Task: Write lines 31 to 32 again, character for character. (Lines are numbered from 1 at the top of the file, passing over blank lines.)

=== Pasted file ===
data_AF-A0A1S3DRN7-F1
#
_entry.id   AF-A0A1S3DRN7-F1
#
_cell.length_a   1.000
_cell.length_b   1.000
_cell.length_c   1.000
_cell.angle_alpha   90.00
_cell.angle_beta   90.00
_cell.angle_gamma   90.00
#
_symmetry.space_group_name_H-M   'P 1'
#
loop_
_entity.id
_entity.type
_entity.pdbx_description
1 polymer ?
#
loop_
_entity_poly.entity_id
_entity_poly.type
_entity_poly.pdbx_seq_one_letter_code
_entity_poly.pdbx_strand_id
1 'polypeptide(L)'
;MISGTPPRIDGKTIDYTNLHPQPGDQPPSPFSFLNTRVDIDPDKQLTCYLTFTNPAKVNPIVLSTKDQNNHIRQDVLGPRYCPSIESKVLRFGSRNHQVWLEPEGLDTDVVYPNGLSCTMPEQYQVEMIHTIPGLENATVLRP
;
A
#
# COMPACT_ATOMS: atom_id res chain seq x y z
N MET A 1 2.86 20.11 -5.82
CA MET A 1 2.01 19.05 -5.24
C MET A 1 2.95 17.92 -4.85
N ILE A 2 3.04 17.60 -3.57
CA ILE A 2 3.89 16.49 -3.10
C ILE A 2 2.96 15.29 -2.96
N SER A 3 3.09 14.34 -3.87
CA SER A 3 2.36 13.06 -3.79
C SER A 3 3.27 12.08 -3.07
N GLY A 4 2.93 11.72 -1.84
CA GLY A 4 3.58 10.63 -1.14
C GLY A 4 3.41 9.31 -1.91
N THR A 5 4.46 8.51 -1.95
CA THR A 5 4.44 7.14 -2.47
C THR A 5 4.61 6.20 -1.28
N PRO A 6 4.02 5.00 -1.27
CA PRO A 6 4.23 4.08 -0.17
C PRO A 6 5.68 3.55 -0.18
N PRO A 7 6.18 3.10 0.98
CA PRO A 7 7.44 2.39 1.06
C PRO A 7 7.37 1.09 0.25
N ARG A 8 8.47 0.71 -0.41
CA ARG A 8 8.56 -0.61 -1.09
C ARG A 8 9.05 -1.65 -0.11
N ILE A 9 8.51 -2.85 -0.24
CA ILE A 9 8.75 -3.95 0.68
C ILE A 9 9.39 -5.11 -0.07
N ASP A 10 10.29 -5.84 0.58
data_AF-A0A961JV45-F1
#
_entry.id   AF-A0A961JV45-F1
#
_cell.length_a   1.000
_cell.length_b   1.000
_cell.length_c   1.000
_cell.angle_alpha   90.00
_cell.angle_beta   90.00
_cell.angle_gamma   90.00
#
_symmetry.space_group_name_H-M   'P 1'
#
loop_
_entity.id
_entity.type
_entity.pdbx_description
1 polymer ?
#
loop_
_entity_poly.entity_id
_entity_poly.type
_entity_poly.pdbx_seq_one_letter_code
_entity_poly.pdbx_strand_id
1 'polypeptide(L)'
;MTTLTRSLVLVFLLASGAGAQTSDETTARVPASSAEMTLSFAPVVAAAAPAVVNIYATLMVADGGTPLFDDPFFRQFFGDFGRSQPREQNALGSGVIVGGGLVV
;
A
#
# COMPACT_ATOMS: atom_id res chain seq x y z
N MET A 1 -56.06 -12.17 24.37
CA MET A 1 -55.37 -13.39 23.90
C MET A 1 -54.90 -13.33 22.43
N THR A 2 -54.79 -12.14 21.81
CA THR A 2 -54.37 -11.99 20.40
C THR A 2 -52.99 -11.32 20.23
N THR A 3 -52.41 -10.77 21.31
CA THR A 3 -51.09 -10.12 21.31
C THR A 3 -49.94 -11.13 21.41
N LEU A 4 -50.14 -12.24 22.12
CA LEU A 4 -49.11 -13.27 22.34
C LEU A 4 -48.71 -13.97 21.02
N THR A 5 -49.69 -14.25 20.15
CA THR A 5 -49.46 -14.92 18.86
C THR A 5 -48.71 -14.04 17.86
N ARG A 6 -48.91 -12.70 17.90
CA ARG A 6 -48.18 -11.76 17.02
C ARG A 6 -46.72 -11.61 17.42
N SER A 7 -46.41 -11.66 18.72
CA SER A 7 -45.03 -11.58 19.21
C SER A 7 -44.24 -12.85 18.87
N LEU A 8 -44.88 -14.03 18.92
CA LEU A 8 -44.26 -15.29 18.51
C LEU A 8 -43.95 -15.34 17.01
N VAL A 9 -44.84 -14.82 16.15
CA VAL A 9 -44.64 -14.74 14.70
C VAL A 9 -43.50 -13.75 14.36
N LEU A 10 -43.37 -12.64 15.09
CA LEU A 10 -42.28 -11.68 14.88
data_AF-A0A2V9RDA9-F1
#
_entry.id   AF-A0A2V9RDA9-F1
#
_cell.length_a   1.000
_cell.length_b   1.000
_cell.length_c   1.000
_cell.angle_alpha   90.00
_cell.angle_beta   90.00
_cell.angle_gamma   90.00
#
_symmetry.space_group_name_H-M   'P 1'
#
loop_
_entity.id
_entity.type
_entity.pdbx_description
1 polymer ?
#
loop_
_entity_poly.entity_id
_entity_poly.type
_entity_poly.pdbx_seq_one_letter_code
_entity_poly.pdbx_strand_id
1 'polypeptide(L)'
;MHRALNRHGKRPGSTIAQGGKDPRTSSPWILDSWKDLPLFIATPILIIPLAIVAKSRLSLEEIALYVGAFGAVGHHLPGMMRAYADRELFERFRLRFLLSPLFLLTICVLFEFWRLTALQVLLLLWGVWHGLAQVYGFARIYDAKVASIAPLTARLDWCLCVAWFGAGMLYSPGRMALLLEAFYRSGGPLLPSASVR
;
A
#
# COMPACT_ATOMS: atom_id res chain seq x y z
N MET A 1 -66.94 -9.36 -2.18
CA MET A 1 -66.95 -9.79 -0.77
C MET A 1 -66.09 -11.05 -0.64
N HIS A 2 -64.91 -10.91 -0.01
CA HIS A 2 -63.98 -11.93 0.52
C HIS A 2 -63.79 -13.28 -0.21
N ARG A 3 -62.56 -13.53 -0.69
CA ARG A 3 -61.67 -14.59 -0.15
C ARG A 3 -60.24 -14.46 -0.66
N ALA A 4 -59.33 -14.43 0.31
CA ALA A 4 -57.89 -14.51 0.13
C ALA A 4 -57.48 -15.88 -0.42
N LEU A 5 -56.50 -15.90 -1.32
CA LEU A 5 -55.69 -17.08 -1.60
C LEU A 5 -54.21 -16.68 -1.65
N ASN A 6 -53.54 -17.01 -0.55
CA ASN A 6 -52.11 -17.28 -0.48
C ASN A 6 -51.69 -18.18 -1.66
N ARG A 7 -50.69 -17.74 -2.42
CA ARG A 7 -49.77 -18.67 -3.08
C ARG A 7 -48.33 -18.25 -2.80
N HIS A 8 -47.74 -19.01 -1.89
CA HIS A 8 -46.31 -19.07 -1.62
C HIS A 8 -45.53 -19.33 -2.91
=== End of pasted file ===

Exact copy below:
N MET A 1 2.86 20.11 -5.82
CA MET A 1 2.01 19.05 -5.24